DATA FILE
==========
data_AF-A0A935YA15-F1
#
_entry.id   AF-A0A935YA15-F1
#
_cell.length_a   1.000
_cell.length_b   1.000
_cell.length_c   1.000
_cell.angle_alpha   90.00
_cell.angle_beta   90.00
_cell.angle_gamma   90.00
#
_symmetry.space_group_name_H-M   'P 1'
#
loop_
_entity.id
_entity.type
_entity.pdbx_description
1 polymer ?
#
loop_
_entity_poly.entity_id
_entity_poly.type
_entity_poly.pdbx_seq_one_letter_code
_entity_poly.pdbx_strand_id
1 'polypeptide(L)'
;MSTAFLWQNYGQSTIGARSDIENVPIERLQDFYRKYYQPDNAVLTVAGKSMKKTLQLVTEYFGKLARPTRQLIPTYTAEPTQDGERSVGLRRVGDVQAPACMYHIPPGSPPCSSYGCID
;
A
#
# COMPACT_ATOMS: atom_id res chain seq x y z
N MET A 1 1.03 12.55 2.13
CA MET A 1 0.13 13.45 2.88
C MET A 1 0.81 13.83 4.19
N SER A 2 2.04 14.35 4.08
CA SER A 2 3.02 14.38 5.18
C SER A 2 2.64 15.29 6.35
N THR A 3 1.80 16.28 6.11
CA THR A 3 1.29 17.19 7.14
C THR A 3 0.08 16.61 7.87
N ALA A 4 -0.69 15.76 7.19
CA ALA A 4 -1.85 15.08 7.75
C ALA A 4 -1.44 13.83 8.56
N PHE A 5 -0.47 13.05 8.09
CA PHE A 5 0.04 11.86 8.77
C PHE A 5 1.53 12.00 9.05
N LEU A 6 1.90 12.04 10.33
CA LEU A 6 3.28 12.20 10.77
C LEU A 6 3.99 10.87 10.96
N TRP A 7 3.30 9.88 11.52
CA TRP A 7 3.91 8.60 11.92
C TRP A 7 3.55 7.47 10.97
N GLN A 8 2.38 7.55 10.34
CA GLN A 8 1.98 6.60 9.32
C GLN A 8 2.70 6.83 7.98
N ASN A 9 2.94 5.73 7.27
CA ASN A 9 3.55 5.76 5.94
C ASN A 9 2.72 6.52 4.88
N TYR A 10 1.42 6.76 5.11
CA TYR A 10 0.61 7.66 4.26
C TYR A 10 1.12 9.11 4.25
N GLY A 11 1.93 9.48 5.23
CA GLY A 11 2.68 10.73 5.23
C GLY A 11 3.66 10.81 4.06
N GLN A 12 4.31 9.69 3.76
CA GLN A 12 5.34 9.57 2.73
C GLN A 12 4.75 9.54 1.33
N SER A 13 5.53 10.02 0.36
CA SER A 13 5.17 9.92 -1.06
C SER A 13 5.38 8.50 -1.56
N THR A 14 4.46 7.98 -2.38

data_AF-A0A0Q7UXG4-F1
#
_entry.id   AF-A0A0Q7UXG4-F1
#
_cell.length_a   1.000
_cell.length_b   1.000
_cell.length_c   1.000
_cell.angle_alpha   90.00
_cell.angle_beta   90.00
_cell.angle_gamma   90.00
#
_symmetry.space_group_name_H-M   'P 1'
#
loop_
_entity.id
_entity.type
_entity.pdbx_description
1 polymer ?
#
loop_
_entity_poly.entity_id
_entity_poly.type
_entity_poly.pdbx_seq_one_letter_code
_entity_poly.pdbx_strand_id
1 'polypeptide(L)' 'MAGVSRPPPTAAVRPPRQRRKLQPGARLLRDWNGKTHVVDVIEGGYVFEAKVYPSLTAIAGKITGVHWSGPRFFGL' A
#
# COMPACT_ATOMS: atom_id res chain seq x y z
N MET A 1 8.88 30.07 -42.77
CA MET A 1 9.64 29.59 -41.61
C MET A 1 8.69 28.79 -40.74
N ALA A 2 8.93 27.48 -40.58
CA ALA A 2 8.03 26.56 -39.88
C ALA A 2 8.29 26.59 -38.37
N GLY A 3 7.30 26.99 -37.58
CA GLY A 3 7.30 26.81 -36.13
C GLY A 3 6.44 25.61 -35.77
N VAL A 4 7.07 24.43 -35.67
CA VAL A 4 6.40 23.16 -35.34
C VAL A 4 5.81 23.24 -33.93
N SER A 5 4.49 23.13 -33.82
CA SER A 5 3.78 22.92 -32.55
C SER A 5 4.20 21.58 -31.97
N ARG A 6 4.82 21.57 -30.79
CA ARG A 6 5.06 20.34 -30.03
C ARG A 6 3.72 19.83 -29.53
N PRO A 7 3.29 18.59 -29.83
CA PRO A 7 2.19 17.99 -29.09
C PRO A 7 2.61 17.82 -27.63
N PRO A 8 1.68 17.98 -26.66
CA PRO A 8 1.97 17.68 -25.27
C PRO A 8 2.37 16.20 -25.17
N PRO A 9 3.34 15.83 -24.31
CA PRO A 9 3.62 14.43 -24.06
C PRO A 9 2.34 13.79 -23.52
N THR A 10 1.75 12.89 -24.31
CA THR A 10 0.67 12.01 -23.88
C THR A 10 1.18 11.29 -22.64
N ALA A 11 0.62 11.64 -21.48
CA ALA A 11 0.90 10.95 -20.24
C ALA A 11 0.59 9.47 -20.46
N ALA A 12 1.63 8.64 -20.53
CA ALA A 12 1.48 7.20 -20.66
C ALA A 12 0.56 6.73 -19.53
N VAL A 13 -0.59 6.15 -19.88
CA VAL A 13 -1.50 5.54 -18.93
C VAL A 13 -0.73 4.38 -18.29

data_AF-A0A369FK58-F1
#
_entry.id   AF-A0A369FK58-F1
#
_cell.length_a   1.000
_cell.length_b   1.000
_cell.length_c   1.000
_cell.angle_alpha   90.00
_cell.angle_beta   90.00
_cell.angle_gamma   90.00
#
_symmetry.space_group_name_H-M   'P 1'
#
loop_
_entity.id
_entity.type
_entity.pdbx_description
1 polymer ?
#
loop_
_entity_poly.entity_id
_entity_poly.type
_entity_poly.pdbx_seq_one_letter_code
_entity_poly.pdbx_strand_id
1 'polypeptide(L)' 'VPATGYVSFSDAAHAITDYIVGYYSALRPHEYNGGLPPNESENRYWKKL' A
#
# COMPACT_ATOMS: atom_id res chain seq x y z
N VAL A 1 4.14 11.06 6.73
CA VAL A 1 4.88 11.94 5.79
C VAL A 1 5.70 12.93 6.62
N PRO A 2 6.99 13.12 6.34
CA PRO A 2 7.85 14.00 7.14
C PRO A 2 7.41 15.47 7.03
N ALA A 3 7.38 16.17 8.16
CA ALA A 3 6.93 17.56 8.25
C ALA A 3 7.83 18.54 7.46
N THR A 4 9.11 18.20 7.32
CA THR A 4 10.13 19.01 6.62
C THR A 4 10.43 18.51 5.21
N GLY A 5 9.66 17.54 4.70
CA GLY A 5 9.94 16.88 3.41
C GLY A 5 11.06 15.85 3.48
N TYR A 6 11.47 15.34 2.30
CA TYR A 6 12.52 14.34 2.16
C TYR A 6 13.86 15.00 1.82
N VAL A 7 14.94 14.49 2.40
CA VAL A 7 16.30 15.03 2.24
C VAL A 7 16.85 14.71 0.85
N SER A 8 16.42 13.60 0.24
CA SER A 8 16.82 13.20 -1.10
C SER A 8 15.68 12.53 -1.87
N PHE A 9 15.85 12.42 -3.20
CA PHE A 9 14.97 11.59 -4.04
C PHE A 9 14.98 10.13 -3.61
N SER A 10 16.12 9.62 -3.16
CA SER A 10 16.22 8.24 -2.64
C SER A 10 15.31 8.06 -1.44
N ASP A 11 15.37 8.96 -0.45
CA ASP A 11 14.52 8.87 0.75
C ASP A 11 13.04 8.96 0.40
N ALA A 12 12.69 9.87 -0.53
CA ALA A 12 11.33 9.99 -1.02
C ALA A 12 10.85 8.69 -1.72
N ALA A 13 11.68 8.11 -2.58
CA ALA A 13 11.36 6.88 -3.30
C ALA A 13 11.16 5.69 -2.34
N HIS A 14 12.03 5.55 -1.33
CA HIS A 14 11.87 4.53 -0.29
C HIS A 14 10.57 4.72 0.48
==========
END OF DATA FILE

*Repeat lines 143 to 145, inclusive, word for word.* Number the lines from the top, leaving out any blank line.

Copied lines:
_cell.length_c   1.000
_cell.angle_alpha   90.00
_cell.angle_beta   90.00